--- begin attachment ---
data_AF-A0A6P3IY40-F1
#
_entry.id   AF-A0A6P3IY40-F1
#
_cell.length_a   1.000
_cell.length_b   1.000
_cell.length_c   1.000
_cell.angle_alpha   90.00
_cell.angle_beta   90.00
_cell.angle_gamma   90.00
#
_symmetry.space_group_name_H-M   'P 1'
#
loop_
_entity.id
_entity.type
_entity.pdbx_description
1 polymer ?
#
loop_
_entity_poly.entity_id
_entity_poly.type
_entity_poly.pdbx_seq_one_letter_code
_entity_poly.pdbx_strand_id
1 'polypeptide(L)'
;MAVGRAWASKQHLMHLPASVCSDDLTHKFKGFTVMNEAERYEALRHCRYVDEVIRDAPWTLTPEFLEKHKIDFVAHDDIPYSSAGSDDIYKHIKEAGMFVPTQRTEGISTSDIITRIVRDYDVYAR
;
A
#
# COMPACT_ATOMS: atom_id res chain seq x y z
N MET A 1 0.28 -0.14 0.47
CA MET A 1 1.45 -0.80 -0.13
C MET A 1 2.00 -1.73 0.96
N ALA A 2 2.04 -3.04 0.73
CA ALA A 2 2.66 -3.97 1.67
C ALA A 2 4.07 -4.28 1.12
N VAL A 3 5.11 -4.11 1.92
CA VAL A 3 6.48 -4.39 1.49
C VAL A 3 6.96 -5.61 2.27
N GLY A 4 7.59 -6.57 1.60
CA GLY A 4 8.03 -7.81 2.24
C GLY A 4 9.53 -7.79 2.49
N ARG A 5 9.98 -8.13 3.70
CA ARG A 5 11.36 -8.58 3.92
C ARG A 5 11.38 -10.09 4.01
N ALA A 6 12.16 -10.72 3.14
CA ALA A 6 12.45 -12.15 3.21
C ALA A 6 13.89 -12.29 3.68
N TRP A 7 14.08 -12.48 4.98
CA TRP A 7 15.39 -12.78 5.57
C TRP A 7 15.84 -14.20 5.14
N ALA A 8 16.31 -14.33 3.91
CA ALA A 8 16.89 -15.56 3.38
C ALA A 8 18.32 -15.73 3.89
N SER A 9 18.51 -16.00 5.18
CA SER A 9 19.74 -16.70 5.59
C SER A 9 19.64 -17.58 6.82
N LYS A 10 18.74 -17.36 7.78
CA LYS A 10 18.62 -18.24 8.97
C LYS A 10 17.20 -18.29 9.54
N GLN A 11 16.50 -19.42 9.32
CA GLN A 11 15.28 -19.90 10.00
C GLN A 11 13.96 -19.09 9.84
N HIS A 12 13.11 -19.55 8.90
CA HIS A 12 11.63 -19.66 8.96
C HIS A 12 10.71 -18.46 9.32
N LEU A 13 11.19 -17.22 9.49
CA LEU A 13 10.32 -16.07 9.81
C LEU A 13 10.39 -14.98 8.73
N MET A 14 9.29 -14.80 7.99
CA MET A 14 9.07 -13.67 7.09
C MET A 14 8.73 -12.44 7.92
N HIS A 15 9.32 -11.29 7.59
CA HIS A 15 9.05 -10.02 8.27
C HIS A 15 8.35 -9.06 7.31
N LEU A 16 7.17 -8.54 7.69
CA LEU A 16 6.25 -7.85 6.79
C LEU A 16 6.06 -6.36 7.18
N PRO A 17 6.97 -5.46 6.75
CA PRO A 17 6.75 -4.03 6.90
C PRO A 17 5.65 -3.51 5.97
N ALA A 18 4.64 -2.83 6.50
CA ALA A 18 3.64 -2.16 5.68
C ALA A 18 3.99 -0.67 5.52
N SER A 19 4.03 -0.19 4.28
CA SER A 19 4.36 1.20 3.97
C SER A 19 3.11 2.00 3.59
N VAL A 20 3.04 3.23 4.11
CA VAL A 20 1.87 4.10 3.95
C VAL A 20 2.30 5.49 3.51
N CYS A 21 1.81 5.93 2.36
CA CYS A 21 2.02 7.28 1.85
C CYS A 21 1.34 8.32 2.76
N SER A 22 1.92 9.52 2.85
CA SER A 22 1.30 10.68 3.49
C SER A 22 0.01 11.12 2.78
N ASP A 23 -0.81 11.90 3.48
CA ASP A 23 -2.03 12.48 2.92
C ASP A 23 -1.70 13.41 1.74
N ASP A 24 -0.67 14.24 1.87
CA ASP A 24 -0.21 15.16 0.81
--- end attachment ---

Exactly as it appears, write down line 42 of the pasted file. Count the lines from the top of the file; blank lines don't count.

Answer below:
C GLY A 4 9.53 -7.79 2.49